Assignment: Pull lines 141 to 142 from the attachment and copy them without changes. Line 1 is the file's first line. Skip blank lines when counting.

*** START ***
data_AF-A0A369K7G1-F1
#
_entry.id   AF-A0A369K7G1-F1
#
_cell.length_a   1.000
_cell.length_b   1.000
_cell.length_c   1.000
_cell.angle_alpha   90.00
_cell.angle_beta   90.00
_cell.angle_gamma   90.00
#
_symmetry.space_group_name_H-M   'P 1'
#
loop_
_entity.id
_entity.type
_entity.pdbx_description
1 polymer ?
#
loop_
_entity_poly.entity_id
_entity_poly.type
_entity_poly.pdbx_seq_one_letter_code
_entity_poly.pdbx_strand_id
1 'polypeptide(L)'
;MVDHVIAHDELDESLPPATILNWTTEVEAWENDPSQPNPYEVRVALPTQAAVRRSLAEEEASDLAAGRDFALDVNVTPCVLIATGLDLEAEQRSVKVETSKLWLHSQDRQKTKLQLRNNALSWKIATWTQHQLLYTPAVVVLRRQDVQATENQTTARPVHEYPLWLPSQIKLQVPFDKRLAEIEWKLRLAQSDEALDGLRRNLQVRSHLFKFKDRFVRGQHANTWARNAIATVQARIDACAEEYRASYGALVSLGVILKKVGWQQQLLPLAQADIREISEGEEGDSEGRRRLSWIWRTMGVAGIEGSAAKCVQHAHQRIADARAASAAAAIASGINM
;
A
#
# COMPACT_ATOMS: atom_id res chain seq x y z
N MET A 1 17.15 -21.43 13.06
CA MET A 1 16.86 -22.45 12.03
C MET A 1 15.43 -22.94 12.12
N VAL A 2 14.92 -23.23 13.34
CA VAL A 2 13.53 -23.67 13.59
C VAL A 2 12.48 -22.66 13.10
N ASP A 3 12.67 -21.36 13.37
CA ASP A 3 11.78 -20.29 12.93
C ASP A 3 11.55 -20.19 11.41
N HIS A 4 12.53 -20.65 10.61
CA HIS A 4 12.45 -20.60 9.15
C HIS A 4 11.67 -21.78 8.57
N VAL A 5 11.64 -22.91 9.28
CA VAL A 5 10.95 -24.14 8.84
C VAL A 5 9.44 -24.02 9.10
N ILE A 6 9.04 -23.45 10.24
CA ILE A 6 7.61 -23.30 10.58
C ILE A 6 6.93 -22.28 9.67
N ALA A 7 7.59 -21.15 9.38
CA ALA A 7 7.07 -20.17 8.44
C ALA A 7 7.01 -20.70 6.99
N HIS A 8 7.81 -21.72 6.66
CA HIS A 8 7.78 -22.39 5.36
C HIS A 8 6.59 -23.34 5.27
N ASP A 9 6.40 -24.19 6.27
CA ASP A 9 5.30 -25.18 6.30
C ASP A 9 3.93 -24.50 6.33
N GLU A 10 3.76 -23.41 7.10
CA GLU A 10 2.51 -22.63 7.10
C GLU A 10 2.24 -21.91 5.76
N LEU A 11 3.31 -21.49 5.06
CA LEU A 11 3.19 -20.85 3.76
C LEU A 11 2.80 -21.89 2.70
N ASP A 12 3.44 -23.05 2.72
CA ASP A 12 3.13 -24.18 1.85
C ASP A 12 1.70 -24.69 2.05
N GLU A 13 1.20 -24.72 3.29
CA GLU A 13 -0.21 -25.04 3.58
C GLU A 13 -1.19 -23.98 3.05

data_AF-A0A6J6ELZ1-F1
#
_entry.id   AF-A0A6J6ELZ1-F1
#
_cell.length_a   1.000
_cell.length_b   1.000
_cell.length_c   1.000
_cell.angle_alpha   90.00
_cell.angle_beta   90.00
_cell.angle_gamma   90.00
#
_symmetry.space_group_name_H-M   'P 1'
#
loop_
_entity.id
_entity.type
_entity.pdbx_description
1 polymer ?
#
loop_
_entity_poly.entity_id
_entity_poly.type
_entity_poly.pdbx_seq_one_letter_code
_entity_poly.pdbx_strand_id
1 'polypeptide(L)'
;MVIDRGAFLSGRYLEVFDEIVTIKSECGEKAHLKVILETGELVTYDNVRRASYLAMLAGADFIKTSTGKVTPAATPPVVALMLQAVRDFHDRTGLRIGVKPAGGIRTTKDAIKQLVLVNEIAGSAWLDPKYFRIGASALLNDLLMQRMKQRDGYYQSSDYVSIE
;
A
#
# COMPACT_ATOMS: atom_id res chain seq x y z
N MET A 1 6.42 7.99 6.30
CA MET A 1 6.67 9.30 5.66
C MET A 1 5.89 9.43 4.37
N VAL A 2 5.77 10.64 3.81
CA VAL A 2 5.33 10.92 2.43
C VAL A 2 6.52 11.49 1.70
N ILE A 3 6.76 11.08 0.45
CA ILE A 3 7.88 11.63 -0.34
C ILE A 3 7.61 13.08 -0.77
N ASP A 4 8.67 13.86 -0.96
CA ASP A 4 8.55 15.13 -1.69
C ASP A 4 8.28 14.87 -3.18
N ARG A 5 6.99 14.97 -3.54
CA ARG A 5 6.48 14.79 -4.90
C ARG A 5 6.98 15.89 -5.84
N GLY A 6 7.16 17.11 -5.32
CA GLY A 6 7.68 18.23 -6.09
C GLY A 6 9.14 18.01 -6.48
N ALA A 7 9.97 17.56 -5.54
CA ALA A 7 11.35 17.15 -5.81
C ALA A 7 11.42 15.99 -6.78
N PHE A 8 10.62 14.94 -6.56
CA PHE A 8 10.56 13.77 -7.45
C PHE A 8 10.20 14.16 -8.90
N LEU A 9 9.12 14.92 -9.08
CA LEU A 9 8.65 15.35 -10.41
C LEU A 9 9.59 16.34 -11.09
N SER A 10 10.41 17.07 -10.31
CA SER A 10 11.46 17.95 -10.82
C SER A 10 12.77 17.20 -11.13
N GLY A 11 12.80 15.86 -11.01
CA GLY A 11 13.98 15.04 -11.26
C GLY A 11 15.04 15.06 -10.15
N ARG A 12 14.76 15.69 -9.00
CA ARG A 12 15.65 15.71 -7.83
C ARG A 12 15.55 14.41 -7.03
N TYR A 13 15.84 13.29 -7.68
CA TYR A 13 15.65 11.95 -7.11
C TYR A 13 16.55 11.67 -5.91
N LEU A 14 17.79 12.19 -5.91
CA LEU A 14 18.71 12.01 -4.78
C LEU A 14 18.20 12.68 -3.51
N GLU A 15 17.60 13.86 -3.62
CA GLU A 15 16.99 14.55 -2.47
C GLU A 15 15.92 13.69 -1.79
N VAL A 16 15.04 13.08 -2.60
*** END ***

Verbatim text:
C LEU A 14 18.20 12.68 -3.51
N GLU A 15 17.60 13.86 -3.62